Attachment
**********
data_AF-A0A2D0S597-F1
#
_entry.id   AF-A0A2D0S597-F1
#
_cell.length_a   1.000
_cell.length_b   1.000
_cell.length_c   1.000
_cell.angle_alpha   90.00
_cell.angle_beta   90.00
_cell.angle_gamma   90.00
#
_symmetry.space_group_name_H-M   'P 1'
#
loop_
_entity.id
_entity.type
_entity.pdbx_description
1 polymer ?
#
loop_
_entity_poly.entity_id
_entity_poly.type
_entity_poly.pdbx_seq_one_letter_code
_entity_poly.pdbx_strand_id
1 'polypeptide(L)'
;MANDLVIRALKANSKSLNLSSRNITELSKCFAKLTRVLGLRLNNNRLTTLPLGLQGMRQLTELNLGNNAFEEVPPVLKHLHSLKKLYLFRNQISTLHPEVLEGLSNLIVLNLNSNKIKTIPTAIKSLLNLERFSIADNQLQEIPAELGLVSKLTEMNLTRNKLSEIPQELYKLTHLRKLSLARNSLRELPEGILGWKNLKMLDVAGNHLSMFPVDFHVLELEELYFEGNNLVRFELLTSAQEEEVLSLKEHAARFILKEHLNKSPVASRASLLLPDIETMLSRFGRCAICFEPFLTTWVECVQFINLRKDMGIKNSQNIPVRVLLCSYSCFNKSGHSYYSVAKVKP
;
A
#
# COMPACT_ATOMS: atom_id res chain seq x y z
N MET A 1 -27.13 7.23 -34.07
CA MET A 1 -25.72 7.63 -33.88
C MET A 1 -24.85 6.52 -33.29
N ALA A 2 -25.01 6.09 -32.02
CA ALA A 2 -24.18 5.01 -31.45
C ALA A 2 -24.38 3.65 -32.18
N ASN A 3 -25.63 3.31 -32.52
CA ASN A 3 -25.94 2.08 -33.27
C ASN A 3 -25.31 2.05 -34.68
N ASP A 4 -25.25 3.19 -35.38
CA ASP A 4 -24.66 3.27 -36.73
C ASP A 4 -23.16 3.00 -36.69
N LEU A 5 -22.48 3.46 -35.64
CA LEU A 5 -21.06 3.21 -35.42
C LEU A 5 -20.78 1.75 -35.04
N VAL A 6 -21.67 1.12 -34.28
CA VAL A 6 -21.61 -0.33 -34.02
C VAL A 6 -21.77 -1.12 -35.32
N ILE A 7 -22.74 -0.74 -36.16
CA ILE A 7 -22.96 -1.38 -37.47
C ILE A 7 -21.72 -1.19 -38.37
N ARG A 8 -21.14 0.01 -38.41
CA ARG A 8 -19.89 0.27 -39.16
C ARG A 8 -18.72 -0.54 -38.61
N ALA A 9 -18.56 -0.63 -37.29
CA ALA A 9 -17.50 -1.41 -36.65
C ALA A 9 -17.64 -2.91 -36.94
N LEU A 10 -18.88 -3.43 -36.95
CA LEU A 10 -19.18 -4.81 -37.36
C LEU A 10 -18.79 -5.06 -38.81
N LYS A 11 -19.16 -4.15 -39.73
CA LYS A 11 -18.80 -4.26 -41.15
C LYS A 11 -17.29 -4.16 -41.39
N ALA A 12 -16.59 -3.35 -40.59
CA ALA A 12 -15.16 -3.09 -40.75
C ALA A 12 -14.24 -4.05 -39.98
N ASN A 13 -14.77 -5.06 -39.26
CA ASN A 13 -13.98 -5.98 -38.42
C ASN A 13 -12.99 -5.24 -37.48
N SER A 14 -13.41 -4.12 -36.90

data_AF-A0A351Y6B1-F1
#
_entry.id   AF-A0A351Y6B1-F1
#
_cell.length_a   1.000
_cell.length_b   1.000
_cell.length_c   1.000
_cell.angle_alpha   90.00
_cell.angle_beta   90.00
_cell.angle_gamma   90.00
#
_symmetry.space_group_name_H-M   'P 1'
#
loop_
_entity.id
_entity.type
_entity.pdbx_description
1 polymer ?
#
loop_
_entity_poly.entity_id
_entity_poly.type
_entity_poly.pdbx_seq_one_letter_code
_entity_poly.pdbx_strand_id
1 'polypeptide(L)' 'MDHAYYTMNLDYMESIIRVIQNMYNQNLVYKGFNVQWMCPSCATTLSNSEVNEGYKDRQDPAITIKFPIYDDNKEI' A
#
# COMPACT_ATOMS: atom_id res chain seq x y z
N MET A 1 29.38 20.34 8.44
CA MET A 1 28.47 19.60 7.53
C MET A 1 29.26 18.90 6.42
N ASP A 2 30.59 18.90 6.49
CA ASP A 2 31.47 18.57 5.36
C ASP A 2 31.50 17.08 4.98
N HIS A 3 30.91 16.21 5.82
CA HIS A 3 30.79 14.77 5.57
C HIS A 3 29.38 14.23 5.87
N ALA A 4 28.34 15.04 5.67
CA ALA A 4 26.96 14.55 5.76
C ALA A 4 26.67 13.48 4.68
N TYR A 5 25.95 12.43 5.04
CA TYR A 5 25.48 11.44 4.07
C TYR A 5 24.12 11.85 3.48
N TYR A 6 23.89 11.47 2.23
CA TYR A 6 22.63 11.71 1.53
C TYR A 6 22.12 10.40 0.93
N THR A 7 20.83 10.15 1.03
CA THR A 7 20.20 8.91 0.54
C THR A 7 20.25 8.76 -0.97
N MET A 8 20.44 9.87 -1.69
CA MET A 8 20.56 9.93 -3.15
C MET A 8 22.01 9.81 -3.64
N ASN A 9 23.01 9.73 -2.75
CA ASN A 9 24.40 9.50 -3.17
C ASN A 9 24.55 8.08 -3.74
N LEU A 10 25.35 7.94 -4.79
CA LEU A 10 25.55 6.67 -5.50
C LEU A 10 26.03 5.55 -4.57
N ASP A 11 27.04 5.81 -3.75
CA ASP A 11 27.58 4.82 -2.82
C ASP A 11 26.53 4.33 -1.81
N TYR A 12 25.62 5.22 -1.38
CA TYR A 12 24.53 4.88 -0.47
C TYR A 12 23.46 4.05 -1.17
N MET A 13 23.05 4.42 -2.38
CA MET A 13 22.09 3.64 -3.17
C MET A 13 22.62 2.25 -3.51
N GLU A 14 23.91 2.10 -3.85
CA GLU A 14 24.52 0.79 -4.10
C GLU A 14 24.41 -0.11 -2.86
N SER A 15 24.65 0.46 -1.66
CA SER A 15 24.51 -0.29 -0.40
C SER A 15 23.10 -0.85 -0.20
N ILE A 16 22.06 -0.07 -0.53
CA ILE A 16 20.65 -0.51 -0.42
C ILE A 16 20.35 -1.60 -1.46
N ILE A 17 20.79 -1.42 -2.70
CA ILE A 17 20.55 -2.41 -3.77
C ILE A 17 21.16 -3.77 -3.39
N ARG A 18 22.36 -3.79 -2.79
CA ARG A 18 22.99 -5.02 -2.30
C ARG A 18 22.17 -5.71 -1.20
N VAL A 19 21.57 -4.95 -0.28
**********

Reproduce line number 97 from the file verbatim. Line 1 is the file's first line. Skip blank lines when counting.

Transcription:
# COMPACT_ATOMS: atom_id res chain seq x y z